anthropogenic


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Related to anthropogenic: Anthropogenic climate change, Anthropogenic global warming
  • adj

Synonyms for anthropogenic

of or relating to the study of the origins and development of human beings

References in periodicals archive ?
New records: ARGENTINA: Jujuy Province, Yuto (23[degrees]38'S, 64[degrees]28'W), Ledesma Department, XI-2012, CDC traps with white-light, anthropogenic environment, Veggiani Aybar & Dantur Juri coll.
In 1992, the United Nations (UN) Rio Earth Summit adopted the UN Framework Convention on Climate Change (UNFCCC), with the objective, stated in Article 2, of achieving "stabilization of greenhouse gas concentrations in the atmosphere at a level that would prevent dangerous anthropogenic interference with the climate system.
If she has any crucial piece of evidence to support catastrophic anthropogenic global warming let's hear it - no logical fallacies though
This is going to pose greater problems for man than "Catastrophic Anthropogenic Global Warming".
This is worrisome because, if this is the case, we're likely going to see less uptake of human produced, or anthropogenic, heat and carbon dioxide by the ocean, making this a positive feedback loop for climate change," she said.
The Carbon Sequestration Leadership Forum (CSLF) has added five carbon capture and storage (CCS) projects to its existing research and development portfolio in an effort to bring nations together in curtailing anthropogenic emissions of carbon dioxide (C[O.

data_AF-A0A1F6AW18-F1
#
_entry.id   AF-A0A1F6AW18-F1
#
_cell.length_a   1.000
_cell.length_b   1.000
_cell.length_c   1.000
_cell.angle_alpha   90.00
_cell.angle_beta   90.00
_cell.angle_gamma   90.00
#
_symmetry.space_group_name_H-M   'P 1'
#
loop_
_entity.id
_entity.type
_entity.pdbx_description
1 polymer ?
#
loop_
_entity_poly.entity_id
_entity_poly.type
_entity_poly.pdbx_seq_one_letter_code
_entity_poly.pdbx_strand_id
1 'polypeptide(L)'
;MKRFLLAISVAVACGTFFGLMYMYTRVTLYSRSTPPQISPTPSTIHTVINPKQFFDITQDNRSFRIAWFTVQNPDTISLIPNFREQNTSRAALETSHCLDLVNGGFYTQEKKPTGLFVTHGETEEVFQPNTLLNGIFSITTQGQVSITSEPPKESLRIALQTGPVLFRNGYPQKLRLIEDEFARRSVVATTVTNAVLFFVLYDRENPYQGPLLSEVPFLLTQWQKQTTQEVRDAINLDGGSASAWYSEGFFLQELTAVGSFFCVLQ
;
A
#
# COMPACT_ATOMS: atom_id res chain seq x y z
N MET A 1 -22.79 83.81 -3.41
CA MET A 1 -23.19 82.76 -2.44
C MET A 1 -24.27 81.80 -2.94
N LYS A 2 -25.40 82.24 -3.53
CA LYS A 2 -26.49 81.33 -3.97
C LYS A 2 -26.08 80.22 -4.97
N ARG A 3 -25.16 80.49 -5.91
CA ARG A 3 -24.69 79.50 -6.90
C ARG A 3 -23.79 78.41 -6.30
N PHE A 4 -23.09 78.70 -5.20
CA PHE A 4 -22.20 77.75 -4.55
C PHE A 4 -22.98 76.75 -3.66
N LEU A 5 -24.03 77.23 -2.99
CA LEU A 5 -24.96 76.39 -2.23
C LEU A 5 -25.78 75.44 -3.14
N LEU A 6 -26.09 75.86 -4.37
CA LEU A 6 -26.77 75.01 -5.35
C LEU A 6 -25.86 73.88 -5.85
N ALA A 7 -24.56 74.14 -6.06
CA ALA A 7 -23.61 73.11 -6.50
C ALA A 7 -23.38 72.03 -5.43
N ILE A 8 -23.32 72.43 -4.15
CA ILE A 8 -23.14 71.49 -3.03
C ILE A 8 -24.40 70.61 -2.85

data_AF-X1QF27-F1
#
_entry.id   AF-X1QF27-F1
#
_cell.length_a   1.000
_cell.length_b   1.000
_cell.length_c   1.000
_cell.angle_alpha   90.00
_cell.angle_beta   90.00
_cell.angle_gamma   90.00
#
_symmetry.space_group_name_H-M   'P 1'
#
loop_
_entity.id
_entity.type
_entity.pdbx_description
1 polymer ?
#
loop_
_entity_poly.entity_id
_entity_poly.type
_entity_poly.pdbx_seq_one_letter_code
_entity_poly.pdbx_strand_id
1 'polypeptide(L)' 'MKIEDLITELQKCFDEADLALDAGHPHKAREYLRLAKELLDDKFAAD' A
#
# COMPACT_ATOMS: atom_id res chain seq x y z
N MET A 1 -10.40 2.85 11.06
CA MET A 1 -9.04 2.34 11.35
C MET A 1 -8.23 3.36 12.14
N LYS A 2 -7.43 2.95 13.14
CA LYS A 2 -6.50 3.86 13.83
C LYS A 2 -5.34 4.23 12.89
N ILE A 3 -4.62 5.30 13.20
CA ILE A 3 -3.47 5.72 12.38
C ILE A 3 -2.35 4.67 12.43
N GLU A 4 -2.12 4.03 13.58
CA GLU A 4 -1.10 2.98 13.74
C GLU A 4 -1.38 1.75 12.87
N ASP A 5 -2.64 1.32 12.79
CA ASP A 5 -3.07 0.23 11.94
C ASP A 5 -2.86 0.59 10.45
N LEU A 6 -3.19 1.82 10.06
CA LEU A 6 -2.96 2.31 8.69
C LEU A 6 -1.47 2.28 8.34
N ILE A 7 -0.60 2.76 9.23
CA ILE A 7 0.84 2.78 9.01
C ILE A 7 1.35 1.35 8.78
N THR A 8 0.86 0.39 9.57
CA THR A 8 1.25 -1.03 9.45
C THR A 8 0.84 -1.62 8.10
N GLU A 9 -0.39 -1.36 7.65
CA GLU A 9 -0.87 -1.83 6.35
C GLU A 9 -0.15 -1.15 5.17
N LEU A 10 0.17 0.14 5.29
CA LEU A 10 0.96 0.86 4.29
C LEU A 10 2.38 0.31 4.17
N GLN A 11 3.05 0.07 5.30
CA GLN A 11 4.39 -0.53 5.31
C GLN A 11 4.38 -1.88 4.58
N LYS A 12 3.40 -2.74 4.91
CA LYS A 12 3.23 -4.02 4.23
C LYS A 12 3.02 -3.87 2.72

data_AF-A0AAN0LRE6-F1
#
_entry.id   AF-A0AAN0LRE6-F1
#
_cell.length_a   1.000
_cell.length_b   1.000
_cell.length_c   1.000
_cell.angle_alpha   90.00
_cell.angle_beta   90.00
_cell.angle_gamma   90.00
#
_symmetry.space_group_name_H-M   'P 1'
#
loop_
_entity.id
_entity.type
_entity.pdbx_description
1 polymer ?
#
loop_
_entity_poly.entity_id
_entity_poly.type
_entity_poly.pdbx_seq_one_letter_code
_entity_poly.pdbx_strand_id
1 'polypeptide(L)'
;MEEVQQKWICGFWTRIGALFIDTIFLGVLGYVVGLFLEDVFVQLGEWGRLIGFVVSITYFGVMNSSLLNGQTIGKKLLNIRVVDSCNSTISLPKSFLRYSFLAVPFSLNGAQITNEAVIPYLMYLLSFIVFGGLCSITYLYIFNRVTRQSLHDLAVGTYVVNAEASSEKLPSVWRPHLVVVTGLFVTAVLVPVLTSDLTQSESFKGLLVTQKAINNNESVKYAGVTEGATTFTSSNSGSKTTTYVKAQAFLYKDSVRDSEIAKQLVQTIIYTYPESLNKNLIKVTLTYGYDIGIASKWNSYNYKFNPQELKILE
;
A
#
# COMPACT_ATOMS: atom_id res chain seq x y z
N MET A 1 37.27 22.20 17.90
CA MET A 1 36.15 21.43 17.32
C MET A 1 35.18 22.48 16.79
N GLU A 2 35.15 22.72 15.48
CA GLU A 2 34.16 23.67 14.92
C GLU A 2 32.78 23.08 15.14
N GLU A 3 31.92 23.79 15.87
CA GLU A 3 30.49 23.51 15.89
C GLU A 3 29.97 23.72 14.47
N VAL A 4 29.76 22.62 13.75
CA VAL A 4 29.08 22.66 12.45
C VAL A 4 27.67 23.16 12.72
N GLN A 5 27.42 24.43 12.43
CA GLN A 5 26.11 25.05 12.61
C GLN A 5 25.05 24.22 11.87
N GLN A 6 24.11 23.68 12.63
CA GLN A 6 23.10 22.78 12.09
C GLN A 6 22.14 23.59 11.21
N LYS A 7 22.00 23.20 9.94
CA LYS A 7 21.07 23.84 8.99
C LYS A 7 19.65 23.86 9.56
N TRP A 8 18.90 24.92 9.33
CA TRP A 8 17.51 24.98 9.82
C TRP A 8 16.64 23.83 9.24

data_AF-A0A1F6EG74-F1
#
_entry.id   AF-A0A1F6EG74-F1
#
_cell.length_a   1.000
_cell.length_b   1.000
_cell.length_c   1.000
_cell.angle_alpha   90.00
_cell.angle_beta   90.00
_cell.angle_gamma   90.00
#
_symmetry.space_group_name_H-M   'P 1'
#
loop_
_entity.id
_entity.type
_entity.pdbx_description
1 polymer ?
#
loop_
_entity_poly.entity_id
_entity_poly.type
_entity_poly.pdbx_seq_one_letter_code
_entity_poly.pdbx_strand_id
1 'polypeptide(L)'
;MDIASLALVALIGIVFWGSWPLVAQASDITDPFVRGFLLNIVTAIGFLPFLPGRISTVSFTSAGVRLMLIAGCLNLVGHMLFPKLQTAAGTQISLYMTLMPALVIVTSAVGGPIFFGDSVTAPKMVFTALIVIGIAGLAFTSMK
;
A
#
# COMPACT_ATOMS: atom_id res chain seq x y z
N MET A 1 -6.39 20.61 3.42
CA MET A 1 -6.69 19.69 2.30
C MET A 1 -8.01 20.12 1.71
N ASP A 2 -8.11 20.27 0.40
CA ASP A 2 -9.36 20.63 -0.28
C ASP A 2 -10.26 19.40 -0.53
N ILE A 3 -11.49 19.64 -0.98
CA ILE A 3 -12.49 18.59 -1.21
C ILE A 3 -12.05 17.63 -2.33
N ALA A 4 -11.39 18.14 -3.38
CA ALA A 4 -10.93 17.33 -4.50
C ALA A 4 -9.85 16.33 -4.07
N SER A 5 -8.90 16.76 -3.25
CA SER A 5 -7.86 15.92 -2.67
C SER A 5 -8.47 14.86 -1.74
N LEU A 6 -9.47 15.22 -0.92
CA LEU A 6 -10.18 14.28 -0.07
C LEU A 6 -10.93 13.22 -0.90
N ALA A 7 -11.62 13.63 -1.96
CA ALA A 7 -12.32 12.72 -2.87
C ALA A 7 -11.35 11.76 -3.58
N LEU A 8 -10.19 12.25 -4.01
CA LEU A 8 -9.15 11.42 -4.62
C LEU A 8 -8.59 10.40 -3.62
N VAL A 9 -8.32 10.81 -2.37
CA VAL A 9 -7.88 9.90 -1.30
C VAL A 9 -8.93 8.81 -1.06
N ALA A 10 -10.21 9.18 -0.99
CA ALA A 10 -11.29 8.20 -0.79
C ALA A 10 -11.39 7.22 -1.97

Anthropogenic emissions account for 50 percent to 65 percent of global methane emissions, the study said.
UK) presents this systematic appraisal of anthropogenic influence on the environment.
At least 15 percent of current agricultural productivity worldwide is attributable to the "carbon fertilization" effect of anthropogenic carbon dioxide.
The research, "Quantifying the anthropogenic fraction of fatty alcohols in a terrestrial environment," tied for third runner up for the Best Paper Award for 2012 research appearing in the journal.
Soil contamination is an area often studied with regard to anthropogenic soil change.
A definitive cause of death was determined for 76 of the 98 submitted cases, 70% (53/76) of which were attributed to anthropogenic causes.
But a group of Canadian and American researchers have found nitrogen-based evidence of anthropogenic emissions at the bottom of remote North American lakes, far from human habitation.
These processes have led to highly structured genetic diversity, rendering the orangutans particularly vulnerable to anthropogenic effects and future climatic changes.